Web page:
Tracking the Fracking

Officials and Public Take Hard Look at Controversial Drilling Method

It’s been a month since news broke that Venoco Energy was using controversial “fracking” techniques to harvest crude oil from Los Alamos wells. This week, very much in response to that news, which caught regulatory agencies off guard, the county supervisors held an informational hearing on hydraulic fracturing. “Our primary concern,” explained Supervisor Doreen Farr, “is any effect [the fracking] might have on the groundwater, especially for Los Alamos.”

To that end, Doug Anthony, deputy director of County Planning and Development, provided the supes with a report detailing controversies and environmental concerns surrounding the oil-extraction technique. (“Fracking” involves fracturing underground shale surrounding an oil well and injecting a chemical/water/sand mixture into the cracks to help facilitate the flow of oil.) Anthony also addressed the many regulatory agencies involved, the oil industry’s opinion on the topic, and the various bits of pending legislation at the state and the federal levels geared to get a better handle on fracking and mitigate any potential environmental nastiness (generally related to water tables being polluted) associated with the process.

The public also turned up on Tuesday, the vast majority of them — which included residents from Los Alamos and representatives from several enviro outfits — speaking out against the use of fracking. In the end, the supes continued the discussion, but not before certain members voiced grave concern about the potential pitfalls of the oil removal process and the apparent lack of current oversight and understanding.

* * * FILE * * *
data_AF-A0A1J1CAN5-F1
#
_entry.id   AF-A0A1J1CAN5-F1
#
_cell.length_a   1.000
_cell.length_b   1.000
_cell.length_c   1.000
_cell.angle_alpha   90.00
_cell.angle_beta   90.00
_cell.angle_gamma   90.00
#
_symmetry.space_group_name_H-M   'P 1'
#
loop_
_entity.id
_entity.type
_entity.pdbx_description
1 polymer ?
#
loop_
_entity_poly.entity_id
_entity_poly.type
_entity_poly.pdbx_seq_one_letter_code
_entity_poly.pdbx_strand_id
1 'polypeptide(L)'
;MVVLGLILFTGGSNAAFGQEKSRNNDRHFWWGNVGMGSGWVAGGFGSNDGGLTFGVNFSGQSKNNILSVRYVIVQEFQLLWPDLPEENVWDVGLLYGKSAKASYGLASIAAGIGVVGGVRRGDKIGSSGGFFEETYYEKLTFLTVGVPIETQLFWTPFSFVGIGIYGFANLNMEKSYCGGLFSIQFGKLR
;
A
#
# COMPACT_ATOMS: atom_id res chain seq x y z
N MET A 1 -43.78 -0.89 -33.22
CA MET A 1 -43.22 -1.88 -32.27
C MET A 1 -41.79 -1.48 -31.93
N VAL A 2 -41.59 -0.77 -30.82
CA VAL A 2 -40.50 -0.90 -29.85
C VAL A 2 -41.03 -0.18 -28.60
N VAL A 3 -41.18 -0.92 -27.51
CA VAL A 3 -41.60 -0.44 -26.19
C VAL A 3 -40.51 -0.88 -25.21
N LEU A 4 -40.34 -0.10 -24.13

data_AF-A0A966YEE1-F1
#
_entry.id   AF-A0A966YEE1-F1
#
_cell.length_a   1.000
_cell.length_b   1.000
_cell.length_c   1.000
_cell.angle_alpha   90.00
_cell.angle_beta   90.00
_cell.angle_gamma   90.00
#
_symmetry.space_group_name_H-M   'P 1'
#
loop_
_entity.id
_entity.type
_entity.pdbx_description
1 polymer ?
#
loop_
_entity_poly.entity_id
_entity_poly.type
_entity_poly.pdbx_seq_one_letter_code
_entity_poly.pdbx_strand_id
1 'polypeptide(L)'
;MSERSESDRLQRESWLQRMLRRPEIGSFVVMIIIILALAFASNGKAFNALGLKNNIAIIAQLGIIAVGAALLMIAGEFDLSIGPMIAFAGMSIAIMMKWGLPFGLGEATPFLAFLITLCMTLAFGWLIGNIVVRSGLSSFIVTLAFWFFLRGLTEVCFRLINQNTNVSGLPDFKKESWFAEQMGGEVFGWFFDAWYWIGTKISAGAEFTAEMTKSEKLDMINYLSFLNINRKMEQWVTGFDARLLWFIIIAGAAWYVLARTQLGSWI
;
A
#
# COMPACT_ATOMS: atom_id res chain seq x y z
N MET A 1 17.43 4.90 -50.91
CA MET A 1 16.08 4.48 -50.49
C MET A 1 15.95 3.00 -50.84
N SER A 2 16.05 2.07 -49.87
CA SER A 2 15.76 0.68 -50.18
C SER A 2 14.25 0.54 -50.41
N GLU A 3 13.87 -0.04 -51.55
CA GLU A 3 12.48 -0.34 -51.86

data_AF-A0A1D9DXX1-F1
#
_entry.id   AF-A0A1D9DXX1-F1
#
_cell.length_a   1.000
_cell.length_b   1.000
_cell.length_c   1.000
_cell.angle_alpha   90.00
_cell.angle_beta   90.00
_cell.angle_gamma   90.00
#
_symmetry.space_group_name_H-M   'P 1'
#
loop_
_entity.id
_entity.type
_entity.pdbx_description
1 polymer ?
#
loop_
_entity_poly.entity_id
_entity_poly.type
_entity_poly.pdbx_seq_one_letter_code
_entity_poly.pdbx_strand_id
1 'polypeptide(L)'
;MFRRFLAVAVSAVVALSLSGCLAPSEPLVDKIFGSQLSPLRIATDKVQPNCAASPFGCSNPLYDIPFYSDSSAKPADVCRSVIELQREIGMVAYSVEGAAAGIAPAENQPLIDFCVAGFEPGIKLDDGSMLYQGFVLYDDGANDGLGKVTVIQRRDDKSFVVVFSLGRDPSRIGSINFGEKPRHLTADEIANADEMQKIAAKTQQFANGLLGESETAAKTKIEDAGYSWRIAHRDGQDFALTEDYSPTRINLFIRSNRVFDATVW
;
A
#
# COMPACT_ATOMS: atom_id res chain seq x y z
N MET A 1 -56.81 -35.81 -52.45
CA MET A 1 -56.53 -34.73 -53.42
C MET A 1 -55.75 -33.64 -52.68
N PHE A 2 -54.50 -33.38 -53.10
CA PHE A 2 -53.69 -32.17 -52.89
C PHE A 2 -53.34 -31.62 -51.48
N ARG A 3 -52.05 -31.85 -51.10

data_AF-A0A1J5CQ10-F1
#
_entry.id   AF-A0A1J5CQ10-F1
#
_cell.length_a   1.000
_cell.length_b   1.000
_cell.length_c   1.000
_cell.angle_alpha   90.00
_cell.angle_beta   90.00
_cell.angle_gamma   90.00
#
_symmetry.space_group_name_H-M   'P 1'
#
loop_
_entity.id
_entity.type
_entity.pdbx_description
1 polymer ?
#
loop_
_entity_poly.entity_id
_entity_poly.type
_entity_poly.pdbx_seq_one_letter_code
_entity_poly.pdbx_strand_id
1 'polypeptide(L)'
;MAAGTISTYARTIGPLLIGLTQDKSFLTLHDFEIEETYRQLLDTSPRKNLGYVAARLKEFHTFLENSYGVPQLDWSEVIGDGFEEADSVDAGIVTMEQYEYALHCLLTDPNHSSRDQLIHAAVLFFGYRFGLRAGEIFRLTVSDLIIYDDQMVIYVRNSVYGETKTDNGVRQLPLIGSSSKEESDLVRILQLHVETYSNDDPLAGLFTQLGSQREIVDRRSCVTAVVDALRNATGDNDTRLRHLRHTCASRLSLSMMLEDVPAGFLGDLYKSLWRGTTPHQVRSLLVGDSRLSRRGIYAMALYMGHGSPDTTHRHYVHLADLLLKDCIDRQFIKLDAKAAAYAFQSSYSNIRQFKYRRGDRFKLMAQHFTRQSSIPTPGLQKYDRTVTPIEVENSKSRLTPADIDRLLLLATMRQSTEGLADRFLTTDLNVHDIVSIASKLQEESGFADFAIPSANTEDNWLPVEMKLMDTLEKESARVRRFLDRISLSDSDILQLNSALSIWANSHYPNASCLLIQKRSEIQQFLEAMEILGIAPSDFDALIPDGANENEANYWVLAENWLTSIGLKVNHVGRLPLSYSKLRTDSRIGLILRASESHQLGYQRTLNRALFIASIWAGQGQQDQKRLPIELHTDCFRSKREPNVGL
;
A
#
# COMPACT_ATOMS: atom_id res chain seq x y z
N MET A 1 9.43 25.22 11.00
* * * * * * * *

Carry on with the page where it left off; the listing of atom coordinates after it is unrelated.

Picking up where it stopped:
Interestingly enough, county staff had issued two Notice of Violations (NOV) to Venoco for alleged infringements of Land-Use Development Code as it pertains to the two now-fracked wells after hearing about the fracking and doing a bit of investigation late last month. (Some of Tuesday’s testimony came from people whose leased properties were fracked without their knowing it.) Venoco, for its part, reports that while the fracking has stopped and the company has no immediate plans to resume it, they did nothing wrong in the first place and, as such, their lawyers have formally requested that the NOVs be dropped.

The fracking discussion is scheduled to continue at the Board of Supervisors on August 2 when a representative from the state’s Division of Oil, Gas and Geothermal Resources will be present to answer questions.

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